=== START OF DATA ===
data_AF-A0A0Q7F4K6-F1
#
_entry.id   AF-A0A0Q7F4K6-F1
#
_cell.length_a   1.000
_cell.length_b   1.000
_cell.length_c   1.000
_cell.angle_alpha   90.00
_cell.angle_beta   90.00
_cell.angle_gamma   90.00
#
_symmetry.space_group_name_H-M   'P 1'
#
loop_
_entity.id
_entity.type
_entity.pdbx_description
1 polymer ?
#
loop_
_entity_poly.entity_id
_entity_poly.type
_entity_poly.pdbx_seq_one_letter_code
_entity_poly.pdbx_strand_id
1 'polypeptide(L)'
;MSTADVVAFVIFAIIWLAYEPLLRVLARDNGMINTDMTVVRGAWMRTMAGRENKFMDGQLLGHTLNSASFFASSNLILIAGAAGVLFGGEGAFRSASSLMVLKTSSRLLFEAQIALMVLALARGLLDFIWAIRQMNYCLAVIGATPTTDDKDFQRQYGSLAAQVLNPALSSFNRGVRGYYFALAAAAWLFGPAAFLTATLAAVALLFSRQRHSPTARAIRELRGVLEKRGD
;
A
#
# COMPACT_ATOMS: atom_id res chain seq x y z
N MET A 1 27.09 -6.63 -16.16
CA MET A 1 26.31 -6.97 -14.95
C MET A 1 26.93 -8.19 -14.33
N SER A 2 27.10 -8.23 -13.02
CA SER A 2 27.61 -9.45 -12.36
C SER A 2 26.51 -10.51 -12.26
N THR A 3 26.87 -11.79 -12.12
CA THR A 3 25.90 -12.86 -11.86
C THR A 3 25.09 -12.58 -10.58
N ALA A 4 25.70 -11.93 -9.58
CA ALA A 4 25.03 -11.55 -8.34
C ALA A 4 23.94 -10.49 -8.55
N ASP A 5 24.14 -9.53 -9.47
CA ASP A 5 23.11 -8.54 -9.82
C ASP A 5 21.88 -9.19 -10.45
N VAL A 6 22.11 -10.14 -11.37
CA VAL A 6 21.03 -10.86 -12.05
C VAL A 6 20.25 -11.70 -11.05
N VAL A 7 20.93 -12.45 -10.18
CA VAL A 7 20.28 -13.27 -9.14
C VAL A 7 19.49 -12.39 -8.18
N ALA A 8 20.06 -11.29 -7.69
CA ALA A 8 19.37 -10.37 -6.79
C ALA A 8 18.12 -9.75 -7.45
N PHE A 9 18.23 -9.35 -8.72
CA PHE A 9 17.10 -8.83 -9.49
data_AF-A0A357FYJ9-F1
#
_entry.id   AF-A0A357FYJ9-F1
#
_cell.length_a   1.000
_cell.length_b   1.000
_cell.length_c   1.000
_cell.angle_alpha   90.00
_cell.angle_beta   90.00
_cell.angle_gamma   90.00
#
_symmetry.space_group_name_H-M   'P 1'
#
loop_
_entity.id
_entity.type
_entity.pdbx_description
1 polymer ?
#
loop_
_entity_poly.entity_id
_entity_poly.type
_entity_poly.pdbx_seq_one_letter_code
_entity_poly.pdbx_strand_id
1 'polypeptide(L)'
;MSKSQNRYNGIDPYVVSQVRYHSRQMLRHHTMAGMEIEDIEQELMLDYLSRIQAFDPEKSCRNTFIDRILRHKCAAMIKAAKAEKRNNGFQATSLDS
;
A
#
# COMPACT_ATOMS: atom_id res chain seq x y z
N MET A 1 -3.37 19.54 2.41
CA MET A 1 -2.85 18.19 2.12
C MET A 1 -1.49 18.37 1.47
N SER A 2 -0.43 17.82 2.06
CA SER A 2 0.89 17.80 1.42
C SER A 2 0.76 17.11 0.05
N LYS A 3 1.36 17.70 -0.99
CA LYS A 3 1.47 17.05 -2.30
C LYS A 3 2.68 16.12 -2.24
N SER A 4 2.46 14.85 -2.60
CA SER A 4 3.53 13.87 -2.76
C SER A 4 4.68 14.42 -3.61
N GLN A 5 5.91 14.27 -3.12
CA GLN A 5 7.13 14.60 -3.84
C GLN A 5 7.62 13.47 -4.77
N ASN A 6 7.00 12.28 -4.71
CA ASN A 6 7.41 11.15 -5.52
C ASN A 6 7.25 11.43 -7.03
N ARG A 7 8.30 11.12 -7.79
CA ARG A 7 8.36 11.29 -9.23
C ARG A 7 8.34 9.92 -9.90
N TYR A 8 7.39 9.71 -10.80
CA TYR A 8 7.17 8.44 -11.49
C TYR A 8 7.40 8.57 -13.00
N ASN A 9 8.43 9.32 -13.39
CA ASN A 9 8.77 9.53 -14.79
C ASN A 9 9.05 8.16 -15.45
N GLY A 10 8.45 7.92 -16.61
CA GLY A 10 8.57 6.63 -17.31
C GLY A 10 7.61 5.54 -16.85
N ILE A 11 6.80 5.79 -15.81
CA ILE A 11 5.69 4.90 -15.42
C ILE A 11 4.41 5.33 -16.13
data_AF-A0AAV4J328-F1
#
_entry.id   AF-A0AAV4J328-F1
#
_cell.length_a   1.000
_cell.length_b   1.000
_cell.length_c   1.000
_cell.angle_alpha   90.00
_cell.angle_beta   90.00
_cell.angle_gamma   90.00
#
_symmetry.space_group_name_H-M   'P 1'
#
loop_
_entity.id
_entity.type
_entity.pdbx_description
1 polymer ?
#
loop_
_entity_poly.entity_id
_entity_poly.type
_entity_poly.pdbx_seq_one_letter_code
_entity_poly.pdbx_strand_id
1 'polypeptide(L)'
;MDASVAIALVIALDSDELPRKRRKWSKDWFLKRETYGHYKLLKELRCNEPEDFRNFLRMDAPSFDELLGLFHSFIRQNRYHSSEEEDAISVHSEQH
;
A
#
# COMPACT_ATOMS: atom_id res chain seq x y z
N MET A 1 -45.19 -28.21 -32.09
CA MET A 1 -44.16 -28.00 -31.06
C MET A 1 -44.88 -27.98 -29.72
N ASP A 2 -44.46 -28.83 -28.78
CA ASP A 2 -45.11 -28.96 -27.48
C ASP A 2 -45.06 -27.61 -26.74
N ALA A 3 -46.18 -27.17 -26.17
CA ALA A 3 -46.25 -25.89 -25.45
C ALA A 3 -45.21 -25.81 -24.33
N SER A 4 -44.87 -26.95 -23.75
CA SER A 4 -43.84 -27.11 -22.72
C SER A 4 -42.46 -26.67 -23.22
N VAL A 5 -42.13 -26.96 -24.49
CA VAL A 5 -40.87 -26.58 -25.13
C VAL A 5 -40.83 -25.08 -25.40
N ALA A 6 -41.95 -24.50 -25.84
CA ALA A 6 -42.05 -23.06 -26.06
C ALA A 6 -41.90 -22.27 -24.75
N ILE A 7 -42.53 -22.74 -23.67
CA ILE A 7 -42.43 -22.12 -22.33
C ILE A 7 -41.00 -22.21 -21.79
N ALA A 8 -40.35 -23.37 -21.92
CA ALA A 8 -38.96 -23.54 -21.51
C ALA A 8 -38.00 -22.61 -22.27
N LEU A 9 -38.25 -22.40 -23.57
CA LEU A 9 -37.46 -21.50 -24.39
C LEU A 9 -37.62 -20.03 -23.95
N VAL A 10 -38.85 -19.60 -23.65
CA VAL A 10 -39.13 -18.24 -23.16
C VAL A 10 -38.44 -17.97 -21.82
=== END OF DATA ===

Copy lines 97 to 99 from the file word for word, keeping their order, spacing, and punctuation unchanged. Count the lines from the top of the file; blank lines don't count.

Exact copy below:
CA SER A 4 3.53 13.87 -2.76
C SER A 4 4.68 14.42 -3.61
N GLN A 5 5.91 14.27 -3.12